PhD Title: Programmed cell death in cyanobacteria
My research focuses on the factors which regulate programmed cell death (PCD) in cyanobacteria. Specifically, I study PCD in the marine cyanobacteria Trichodesmium which form extensive blooms in the tropical and subtropical surface-oceans. Trichodesmium undergoes an autocatalytic, genetically programmed cell death in response to environmental stressors such as high irradiance and Fe limitation. They have key enzymes of the eukaryotic PCD and several proteins from the metacaspase family. I study the role of PCD in blooms and cell death mechanism in Trichodesmium. My work involves both laboratory experiments with Trichodesmium cultures, and field experiments with natural Trichodesmium blooms. Molecular and physiological approaches are applied to examine expression of PCD in Trichodesmium at both the genetic and protein levels.
Trichodesmium bloom in the South West Pacific Ocean (New Caledonia).
Photo by D. Spungin
PhD Title: Trichomes to blooms in the marine diazotrophic cyanobacterium – Trichodesmium
Trichodesmium is a filamentous, non-heterocystous cyanobacteria whose filaments (trichomes) are composed of 10-100s of cells with similar morphologies. Trichomes can be found as single filaments, spherical (“puffs”) or fusiform (“tufts”) colonies . The colonies provide unique habitats for other organisms (metazoans, bacteria, and viruses) and serve as hot-spots for microbial mediated nutrient transformations within the oligotrophic oceans. While this phenomenon is a well-known trait of Trichodesmium the mechanisms for the formation of these structures are not understood.
In my research, I am interested in determining what causes the single filaments to create colonies; to reveal the cues and mechanisms involved in creating colonies from single trichomes. My work will combine live-imaging microscopy as well as molecular and physiological techniques.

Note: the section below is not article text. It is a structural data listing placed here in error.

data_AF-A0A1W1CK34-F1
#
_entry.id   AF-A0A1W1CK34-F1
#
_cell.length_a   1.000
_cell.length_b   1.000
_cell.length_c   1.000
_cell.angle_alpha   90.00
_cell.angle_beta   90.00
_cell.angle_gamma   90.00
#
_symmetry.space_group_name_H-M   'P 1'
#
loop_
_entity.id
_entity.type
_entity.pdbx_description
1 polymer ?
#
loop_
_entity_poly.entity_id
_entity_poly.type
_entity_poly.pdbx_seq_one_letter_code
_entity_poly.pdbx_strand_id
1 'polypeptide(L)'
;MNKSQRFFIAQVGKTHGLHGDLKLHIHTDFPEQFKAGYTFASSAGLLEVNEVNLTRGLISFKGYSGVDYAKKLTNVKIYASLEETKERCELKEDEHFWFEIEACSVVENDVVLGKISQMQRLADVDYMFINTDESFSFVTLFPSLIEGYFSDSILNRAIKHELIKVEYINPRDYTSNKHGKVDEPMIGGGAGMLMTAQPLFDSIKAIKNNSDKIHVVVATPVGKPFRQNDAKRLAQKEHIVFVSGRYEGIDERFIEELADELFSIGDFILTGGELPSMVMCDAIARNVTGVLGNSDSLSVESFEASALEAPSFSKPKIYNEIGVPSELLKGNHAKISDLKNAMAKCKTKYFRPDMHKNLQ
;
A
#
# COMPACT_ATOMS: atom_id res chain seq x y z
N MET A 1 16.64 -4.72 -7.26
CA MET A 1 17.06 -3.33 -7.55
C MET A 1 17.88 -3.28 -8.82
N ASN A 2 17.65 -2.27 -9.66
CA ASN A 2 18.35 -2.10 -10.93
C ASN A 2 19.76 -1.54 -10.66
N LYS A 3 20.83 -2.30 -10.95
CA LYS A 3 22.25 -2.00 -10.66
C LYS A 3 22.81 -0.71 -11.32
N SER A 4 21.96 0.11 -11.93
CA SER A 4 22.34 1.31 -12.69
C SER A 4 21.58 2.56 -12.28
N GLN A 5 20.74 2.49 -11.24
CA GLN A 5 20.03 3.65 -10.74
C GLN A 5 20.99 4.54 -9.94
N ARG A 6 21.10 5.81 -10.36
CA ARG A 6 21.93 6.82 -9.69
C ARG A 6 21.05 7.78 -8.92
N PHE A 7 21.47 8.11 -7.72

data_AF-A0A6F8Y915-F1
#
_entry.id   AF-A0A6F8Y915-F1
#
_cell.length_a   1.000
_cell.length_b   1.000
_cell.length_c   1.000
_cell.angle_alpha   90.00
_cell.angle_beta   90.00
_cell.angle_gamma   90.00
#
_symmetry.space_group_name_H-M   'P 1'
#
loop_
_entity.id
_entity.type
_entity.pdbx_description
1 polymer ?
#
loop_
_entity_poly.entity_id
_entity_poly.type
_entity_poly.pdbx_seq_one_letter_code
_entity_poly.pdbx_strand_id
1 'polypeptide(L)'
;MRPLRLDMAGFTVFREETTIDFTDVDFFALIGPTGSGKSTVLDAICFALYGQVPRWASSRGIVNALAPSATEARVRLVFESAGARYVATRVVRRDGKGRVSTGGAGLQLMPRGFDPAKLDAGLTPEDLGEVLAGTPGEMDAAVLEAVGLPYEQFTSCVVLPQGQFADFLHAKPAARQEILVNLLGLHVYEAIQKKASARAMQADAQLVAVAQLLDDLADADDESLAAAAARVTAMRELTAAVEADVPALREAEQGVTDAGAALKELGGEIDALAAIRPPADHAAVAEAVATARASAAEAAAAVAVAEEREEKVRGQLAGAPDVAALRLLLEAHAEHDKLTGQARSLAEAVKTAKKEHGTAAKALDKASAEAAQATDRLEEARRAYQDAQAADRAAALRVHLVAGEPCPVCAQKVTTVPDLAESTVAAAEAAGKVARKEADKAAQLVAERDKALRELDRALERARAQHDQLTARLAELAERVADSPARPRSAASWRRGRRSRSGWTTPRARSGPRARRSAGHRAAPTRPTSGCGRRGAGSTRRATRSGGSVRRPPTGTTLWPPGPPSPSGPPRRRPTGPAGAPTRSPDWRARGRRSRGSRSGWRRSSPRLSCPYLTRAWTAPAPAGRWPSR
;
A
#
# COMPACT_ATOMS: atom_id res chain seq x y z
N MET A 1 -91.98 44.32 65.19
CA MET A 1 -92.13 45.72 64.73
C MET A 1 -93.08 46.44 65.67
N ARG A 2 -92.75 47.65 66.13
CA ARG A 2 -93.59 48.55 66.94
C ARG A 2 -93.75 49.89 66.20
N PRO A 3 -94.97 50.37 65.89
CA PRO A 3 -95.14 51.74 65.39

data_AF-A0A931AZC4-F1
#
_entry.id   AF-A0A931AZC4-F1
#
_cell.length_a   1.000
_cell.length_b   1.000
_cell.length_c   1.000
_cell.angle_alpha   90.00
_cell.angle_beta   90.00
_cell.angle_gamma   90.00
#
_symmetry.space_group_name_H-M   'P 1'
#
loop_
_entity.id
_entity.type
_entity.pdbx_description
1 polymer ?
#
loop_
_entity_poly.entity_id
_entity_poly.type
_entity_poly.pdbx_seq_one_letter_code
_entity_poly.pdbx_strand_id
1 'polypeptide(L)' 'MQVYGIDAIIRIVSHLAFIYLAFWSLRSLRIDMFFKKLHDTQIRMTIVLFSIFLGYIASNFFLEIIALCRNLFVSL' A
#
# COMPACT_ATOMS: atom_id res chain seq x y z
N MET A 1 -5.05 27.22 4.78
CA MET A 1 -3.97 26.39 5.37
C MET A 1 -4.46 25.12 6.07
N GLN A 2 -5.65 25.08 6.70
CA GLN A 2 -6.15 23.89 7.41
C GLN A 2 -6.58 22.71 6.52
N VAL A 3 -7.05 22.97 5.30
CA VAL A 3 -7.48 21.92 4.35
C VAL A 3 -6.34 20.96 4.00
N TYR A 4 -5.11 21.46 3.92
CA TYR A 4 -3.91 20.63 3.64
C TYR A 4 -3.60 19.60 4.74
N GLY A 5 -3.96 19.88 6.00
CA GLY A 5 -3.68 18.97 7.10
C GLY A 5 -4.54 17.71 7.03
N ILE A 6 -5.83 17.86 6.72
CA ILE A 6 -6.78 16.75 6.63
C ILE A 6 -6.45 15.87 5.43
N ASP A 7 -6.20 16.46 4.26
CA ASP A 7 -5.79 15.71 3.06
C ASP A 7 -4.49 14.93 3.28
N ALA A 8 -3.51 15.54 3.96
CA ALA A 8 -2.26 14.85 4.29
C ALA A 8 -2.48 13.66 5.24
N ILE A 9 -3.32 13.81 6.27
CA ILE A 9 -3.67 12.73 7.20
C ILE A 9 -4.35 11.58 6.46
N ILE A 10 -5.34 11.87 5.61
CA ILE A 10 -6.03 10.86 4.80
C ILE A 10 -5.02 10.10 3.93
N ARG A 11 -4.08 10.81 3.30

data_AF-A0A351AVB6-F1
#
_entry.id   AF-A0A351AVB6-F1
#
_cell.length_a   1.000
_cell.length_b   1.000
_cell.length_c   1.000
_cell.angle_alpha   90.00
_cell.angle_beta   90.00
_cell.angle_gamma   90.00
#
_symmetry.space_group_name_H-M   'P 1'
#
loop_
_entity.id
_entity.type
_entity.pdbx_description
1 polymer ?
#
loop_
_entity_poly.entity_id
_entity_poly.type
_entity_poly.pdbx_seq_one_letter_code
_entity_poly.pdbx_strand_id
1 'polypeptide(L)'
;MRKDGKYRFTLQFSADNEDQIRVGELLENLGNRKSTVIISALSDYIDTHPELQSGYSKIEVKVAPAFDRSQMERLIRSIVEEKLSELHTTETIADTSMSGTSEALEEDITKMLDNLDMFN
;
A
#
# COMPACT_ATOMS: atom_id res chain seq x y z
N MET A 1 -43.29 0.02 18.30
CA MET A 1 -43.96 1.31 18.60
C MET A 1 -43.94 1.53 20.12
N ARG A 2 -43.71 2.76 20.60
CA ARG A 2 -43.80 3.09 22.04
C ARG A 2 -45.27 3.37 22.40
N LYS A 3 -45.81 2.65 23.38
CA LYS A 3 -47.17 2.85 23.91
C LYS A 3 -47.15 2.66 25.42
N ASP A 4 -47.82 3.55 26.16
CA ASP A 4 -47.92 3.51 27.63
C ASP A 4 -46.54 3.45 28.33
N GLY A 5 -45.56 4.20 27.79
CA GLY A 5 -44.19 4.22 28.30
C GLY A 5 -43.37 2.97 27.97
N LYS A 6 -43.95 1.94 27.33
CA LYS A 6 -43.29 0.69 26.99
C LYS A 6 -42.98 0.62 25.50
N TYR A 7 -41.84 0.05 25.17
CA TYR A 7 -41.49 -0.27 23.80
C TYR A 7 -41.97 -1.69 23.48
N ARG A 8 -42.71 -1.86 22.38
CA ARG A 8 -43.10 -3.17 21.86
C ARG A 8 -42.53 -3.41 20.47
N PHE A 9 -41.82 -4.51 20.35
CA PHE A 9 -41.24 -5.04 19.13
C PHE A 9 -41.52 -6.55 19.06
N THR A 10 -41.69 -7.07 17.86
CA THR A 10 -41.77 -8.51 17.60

Biofilm prevention in the desalination industry
Limitations of global freshwater supplies have stimulated the application of desalination technology with desalinized water coming online worldwide at a rate of 40 to 50 million m3 d−1. Currently, about 50% of global desalination is based on filtration through reverse osmosis (RO) membranes requiring effective pretreatment procedures upstream to reduce fouling, maintain performance and extend membrane lifetime and to ensure the manufacturers requirements for membrane recovery yield. Transparent exopolymer particles (TEPs) are sticky, organic microgels, ranging in size from ∼0.4 to >200 μm, present in large numbers in all aquatic environments. Recently, TEPs have been implicated as an important factor in the development of aquatic biofilm and are part of the extracellular polymeric substances (EPSs) that form the matrix of microbial biofilms.
In our research we examined the direct involvement of these microgel particles in biofilm development. We showed that protobiofilm and TEPs in the feedwater contributed to fast development of biofilm and not EPSs generated by adhering, single bacteria, or bacterial aggregates. In addition, experiments comparing the initial stages of biofilm formation in filtered or in untreated seawater clearly illustrate the importance of protobiofilm and TEPs in accelerating aquatic biofilm formation.
Schematic illustration showing the involvement of organic polymers and colloids, TEP and protobiofilm in the initial stages of aquatic biofilm formation. Immediately upon exposure to seawater, organic polymers and colloids (a) and microgels such as uncolonized TEP (b) and protobiofilm (c) begin to attach to pristine surfaces. Single cells of planktonic bacteria also attach reversibly (d) or irreversibly (e) to conditioned surfaces. With time (minutes to hours) a contiguous coverage of mature biofilm (f) develops. From Bar-Zeev et al. 2013.PNAS